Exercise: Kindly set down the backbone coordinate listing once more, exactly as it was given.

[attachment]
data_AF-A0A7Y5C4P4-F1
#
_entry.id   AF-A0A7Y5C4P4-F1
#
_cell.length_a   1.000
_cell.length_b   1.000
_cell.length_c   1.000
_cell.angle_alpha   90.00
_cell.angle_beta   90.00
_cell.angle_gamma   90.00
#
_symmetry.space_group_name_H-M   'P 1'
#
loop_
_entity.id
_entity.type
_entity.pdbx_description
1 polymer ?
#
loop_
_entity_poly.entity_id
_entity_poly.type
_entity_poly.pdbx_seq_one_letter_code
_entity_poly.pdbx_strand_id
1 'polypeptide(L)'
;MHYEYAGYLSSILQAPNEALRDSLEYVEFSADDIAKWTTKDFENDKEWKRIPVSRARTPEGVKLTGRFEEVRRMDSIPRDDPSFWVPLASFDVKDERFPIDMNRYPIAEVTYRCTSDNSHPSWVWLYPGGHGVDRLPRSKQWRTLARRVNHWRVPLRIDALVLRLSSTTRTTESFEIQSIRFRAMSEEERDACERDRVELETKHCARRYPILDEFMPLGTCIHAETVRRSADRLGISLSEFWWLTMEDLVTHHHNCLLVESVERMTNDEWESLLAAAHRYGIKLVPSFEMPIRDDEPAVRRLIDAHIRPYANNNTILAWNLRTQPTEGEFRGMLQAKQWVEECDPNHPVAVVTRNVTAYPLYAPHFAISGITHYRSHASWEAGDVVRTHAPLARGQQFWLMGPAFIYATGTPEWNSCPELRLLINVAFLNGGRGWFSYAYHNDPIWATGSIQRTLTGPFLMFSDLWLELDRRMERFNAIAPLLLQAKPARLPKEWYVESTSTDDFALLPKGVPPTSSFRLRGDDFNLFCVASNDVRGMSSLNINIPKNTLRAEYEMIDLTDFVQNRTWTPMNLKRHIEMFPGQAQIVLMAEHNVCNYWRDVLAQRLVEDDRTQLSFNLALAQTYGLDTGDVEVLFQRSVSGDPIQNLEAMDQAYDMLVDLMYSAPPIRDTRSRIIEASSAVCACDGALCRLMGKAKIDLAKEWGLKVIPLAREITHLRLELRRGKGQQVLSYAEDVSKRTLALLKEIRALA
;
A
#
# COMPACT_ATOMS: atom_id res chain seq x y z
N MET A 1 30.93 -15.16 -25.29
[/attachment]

data_AF-A0A7Y5C4P4-F1
#
_entry.id   AF-A0A7Y5C4P4-F1
#
_cell.length_a   1.000
_cell.length_b   1.000
_cell.length_c   1.000
_cell.angle_alpha   90.00
_cell.angle_beta   90.00
_cell.angle_gamma   90.00
#
_symmetry.space_group_name_H-M   'P 1'
#
loop_
_entity.id
_entity.type
_entity.pdbx_description
1 polymer ?
#
loop_
_entity_poly.entity_id
_entity_poly.type
_entity_poly.pdbx_seq_one_letter_code
_entity_poly.pdbx_strand_id
1 'polypeptide(L)'
;MHYEYAGYLSSILQAPNEALRDSLEYVEFSADDIAKWTTKDFENDKEWKRIPVSRARTPEGVKLTGRFEEVRRMDSIPRDDPSFWVPLASFDVKDERFPIDMNRYPIAEVTYRCTSDNSHPSWVWLYPGGHGVDRLPRSKQWRTLARRVNHWRVPLRIDALVLRLSSTTRTTESFEIQSIRFRAMSEEERDACERDRVELETKHCARRYPILDEFMPLGTCIHAETVRRSADRLGISLSEFWWLTMEDLVTHHHNCLLVESVERMTNDEWESLLAAAHRYGIKLVPSFEMPIRDDEPAVRRLIDAHIRPYANNNTILAWNLRTQPTEGEFRGMLQAKQWVEECDPNHPVAVVTRNVTAYPLYAPHFAISGITHYRSHASWEAGDVVRTHAPLARGQQFWLMGPAFIYATGTPEWNSCPELRLLINVAFLNGGRGWFSYAYHNDPIWATGSIQRTLTGPFLMFSDLWLELDRRMERFNAIAPLLLQAKPARLPKEWYVESTSTDDFALLPKGVPPTSSFRLRGDDFNLFCVASNDVRGMSSLNINIPKNTLRAEYEMIDLTDFVQNRTWTPMNLKRHIEMFPGQAQIVLMAEHNVCNYWRDVLAQRLVEDDRTQLSFNLALAQTYGLDTGDVEVLFQRSVSGDPIQNLEAMDQAYDMLVDLMYSAPPIRDTRSRIIEASSAVCACDGALCRLMGKAKIDLAKEWGLKVIPLAREITHLRLELRRGKGQQVLSYAEDVSKRTLALLKEIRALA
;
A
#
# COMPACT_ATOMS: atom_id res chain seq x y z
N MET A 1 30.93 -15.16 -25.29